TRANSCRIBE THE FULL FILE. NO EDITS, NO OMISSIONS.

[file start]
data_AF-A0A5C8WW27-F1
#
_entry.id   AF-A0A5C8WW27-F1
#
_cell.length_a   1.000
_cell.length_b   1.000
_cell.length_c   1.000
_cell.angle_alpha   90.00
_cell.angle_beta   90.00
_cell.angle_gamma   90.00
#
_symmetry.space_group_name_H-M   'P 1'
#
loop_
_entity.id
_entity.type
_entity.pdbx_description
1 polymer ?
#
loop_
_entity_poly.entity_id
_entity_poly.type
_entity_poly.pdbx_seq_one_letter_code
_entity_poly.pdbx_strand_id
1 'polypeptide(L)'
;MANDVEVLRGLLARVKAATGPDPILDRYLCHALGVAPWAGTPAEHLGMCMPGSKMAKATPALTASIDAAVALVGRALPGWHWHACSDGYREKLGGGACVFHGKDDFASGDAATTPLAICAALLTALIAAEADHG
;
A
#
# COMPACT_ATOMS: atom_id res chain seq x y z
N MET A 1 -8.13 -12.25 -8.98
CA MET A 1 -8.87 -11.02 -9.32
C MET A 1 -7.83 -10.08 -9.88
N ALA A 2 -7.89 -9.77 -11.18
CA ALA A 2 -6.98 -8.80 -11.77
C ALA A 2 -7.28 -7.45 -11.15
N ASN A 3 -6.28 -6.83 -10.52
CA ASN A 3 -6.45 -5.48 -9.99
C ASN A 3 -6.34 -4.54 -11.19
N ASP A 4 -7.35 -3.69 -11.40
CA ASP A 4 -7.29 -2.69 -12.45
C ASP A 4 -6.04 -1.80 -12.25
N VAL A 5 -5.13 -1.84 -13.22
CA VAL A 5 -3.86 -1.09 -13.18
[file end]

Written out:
data_AF-A0A5C8WW27-F1
#
_entry.id   AF-A0A5C8WW27-F1
#
_cell.length_a   1.000
_cell.length_b   1.000
_cell.length_c   1.000
_cell.angle_alpha   90.00
_cell.angle_beta   90.00
_cell.angle_gamma   90.00
#
_symmetry.space_group_name_H-M   'P 1'
#
loop_
_entity.id
_entity.type
_entity.pdbx_description
1 polymer ?
#
loop_
_entity_poly.entity_id
_entity_poly.type
_entity_poly.pdbx_seq_one_letter_code
_entity_poly.pdbx_strand_id
1 'polypeptide(L)'
;MANDVEVLRGLLARVKAATGPDPILDRYLCHALGVAPWAGTPAEHLGMCMPGSKMAKATPALTASIDAAVALVGRALPGWHWHACSDGYREKLGGGACVFHGKDDFASGDAATTPLAICAALLTALIAAEADHG
;
A
#
# COMPACT_ATOMS: atom_id res chain seq x y z
N MET A 1 -8.13 -12.25 -8.98
CA MET A 1 -8.87 -11.02 -9.32
C MET A 1 -7.83 -10.08 -9.88
N ALA A 2 -7.89 -9.77 -11.18
CA ALA A 2 -6.98 -8.80 -11.77
C ALA A 2 -7.28 -7.45 -11.15
N ASN A 3 -6.28 -6.83 -10.52
CA ASN A 3 -6.45 -5.48 -9.99
C ASN A 3 -6.34 -4.54 -11.19
N ASP A 4 -7.35 -3.69 -11.40
CA ASP A 4 -7.29 -2.69 -12.45
C ASP A 4 -6.04 -1.80 -12.25
N VAL A 5 -5.13 -1.84 -13.22
CA VAL A 5 -3.86 -1.09 -13.18